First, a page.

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A Closer Look at Intrinsic Aging
By: Steve Herman
Posted: April 7, 2009, from the April 2009 issue of GCI Magazine.
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Sophisticated cosmetics try to turn back the clock, but what exactly is the clock and how far back can it be turned? It is clear that an 80-year-old woman, regardless of her health and beauty regimen, cannot look like a 16-year-old girl. The October 2008 issue of Scientific American2 contained an article titled, “Rethinking the Wrinkling: Key genes, rather than cell and DNA damage, as causes of aging,” summarizing work published in Cell, a journal of research in molecular biology, biochemistry and cell biology, on nematode worms—commonly used in the genetic study of aging. The lifetime of worms can be extended by gene manipulation, and there are analogous mechanisms present in humans. The Cell paper3 referred to in Scientific American reports on the influence of ELT-3, ELT-5 and ELT-6 on GATA transcription circuits, which have been shown to be responsible for age-regulation, and so to the intrinsic aging of the nematode worm.
Cell culture research into the behavior of the human sirtuin SIRT1, an enzyme that deacetylates proteins that contribute to cellular regulation, shows that it behaves much like yeast sirtuin Sir2 (SIRT2), which assists in the repair of DNA and regulates genes connected with aging. The effects of aging may be partly due to SIRT2 being increasingly diverted to repair DNA damage.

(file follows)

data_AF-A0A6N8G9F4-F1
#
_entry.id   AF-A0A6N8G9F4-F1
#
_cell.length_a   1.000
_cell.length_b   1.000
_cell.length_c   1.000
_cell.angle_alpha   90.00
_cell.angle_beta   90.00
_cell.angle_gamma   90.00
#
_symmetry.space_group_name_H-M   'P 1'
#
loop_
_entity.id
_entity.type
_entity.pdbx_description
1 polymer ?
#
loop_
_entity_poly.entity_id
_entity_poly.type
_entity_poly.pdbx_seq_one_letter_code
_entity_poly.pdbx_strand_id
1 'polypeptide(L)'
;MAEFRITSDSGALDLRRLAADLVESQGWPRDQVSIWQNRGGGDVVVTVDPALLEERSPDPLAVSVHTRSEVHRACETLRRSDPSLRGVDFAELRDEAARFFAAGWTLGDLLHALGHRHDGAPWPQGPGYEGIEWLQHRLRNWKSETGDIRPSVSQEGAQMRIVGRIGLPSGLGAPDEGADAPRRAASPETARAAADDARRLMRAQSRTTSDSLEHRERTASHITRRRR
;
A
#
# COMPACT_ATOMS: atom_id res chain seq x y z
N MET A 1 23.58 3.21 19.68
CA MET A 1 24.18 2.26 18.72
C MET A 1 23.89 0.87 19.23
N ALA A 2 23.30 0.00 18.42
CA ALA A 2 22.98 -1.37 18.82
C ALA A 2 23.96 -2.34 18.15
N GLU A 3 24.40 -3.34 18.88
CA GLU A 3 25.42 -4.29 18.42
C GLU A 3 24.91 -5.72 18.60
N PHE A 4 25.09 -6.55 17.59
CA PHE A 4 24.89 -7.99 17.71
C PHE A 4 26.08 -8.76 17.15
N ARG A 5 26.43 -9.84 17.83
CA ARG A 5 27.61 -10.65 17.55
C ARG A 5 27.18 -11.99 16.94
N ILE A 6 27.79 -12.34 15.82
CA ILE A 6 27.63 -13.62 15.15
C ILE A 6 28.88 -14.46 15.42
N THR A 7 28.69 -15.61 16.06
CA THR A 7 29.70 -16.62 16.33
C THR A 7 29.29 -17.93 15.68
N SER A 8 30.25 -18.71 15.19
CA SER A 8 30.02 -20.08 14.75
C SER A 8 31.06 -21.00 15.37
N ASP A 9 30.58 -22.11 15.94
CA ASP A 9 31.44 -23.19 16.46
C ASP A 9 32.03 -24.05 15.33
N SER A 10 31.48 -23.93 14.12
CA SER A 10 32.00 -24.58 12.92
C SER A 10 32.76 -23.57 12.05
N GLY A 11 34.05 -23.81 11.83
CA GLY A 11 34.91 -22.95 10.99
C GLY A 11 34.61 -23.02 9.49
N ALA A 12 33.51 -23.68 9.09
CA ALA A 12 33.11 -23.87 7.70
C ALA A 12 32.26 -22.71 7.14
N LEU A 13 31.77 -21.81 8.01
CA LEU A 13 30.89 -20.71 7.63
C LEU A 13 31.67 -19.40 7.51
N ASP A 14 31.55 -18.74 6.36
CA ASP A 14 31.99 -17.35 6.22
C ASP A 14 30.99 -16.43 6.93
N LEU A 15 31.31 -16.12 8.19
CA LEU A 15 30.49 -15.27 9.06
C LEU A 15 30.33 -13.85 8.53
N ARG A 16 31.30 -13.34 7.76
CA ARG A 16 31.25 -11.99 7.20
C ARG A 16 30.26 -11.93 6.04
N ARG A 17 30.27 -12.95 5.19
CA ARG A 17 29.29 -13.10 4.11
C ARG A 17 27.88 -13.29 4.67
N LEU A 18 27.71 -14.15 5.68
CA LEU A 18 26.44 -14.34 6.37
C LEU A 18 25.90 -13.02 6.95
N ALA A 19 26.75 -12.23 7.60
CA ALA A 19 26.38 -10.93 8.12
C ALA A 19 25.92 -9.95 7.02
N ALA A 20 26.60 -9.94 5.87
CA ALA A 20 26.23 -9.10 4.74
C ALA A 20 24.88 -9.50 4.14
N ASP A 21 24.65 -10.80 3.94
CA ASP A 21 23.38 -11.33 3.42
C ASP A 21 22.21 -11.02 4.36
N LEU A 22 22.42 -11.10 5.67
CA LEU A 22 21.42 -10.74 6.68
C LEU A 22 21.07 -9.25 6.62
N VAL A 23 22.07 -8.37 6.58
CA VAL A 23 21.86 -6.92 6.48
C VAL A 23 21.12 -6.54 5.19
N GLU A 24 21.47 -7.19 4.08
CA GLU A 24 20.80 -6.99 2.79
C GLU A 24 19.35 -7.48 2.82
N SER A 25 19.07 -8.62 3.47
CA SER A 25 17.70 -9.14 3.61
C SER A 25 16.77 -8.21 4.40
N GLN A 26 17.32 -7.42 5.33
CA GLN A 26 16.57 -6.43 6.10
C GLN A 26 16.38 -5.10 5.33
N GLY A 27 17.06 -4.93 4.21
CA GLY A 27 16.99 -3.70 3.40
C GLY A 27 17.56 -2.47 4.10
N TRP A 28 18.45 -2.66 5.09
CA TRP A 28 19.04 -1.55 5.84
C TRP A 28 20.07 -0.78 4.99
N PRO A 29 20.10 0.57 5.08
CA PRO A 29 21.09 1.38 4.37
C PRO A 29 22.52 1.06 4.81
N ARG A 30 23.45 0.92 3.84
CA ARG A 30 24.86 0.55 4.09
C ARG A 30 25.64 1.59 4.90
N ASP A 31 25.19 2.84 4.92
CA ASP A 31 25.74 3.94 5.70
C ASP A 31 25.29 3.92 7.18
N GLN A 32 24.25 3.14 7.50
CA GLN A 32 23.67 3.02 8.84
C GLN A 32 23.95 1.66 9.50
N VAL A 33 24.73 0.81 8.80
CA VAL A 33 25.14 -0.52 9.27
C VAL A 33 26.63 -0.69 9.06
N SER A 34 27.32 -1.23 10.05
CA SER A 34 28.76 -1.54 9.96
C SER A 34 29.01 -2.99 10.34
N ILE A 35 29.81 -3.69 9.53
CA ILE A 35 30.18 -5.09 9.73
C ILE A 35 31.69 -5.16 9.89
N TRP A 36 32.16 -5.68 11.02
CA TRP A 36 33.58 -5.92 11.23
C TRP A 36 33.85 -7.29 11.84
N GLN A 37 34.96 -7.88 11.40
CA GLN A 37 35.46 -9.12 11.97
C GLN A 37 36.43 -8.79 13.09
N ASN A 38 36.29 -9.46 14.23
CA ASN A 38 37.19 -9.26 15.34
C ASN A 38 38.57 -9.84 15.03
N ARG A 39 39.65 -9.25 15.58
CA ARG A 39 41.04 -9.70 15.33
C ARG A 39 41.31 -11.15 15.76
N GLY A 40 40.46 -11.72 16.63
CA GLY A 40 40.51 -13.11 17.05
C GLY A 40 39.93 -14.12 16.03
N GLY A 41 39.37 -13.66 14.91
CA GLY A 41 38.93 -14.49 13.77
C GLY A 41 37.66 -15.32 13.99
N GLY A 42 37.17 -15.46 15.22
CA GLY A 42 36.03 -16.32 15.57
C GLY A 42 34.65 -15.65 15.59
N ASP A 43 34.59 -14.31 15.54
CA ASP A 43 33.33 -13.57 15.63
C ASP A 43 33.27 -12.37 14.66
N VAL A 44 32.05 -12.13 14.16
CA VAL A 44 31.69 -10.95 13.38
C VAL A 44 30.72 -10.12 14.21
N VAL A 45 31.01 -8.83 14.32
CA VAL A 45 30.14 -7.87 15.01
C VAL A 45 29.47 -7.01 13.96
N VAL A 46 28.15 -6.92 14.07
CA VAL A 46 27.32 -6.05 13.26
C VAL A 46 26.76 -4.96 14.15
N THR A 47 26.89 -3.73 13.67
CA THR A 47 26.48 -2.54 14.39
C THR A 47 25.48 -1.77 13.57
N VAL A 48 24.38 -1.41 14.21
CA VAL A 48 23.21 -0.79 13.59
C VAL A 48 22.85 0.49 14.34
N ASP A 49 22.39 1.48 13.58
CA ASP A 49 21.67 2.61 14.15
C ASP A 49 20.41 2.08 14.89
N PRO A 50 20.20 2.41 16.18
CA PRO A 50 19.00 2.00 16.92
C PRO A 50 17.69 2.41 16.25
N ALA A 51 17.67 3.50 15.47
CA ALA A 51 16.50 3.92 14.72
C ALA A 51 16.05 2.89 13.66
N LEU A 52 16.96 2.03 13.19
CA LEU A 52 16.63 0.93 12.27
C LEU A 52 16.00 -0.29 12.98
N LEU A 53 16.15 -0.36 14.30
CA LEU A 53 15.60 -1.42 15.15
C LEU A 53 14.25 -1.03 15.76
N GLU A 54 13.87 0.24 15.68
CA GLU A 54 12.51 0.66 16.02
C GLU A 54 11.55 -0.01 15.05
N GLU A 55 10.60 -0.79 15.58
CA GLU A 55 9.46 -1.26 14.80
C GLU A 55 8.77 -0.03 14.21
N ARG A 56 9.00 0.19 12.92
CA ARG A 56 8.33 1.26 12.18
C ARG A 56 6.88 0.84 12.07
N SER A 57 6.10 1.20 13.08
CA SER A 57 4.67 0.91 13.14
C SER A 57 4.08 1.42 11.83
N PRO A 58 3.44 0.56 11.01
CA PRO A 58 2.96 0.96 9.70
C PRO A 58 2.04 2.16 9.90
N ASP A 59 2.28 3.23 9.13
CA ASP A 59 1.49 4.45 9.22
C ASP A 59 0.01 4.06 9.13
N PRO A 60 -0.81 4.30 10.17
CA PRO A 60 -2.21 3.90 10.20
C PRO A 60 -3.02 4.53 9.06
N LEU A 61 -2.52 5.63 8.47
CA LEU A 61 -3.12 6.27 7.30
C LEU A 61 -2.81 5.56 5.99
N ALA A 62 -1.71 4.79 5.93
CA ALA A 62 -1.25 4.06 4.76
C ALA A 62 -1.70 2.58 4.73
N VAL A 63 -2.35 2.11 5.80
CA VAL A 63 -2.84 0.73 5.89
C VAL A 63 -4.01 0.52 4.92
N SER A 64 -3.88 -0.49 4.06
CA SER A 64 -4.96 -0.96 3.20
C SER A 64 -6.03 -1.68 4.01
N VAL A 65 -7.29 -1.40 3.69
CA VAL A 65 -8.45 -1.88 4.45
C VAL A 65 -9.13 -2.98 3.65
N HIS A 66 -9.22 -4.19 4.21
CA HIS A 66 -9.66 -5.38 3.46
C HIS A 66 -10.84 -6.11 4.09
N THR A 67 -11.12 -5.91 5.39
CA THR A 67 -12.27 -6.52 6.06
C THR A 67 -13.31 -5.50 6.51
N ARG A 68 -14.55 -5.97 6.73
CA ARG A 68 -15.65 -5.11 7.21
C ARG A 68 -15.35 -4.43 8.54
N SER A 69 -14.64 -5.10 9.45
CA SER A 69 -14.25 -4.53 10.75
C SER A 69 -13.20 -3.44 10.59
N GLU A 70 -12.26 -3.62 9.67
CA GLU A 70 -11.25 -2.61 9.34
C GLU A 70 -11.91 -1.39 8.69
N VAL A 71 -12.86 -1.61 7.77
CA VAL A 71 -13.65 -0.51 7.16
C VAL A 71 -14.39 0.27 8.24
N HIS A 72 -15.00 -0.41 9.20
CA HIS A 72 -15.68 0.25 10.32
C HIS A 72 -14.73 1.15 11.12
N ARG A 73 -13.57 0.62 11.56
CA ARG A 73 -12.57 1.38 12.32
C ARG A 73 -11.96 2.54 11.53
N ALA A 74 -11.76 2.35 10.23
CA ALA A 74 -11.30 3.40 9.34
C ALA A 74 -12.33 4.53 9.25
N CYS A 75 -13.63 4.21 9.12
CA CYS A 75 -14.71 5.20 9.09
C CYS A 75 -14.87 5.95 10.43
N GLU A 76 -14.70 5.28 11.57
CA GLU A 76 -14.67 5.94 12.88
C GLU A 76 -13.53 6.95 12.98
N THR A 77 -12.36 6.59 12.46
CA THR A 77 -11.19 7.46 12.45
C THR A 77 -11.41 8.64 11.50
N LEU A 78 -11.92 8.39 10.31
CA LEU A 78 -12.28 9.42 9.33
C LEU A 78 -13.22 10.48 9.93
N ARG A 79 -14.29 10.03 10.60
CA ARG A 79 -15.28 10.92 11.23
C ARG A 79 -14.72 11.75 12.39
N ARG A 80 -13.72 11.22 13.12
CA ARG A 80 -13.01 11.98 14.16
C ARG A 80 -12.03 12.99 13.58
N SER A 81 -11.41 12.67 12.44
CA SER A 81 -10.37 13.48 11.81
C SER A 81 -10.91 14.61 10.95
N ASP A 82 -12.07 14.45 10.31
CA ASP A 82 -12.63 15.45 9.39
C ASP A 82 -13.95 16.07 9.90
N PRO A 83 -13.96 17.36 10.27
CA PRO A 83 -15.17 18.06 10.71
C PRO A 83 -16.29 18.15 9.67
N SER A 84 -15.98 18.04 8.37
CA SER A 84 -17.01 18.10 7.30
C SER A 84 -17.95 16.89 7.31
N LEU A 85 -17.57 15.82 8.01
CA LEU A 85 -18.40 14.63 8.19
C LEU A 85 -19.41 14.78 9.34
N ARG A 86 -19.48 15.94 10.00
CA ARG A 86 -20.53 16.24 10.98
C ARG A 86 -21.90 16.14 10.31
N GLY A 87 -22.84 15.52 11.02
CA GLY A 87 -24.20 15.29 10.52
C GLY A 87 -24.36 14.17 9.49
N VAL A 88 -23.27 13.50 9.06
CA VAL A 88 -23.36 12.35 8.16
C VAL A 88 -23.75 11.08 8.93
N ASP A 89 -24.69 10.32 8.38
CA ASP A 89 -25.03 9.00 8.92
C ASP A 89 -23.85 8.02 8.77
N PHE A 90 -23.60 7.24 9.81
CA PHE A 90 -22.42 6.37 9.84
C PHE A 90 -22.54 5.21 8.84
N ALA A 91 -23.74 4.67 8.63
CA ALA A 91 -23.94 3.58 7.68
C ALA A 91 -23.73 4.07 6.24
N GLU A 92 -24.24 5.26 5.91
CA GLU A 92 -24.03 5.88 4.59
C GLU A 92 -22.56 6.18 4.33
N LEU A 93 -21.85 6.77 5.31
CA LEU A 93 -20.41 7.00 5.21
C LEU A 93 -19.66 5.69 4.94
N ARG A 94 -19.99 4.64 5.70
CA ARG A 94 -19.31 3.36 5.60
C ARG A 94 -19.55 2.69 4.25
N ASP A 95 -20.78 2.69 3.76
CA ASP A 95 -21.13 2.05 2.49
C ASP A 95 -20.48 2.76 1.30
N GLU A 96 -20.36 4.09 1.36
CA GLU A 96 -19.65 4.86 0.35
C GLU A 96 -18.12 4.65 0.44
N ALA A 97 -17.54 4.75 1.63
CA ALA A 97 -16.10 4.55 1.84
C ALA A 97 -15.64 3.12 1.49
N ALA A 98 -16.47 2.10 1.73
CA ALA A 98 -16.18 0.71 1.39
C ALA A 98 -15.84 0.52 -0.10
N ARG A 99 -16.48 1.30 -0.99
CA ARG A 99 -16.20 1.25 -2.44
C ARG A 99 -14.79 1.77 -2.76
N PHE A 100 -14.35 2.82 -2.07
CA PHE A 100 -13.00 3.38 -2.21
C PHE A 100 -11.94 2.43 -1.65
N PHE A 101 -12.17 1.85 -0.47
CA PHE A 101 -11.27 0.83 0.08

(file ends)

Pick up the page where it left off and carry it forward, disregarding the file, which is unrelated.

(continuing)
CBS television’s 60 Minutes also touched on the sirtuin gene in a segment titled “Fountain Of Youth In A Wine Rx?” that originally aired on Jan. 25, 2009. Researchers featured in the segment hypothesized that, when active, the sirtuin gene triggers a survival mechanism that extends life. Their search for natural compounds that trigger sirtuin led them to resveratrol, which is found in relatively large amounts in red wine. Cosmetic applications were coming into the fore in 2008,5, 6 and products have been entering the market. Among the higher-profile offerings, Avon offered Anew Ultimate, powered by pro-sirtuin TX, while Estée Lauder marketed Re-Nutriv Ultimate Youth Creme with SIRT1.
On the supplier side, several ingredients in addition to resveratrol are positioned for sirtuin activity. The research being done with sirtuins does not involve applying SIRT1 in a cream—the molecules are too large to penetrate the skin and in any case would likely be rejected by the body. The current approach involves finding compounds, primarily peptides, that promote activity of the body’s own sirtuin. Christian Dior Capture Totale Multi-Perfection Cream utilizes the pro-sirtuin activity of Kluyveromyces yeast biopeptide. In more romantic terms, it uses Longoza—a rare plant grown only in Madagascar.
Chemicals can also inhibit sirtuin production, as has been shown for dihydroxycoumarin.6 But that’s not good, and the implication for cosmetic formulations is profound. If some materials can activate sirtuin and others can deactivate it, it would be necessary to know the potential activity of every ingredient. In fact, materials that specifically target sirtuin are fairly rare—that’s why resveratrol is so special. But moving forward, expansion of the database of these materials is clearly imperative.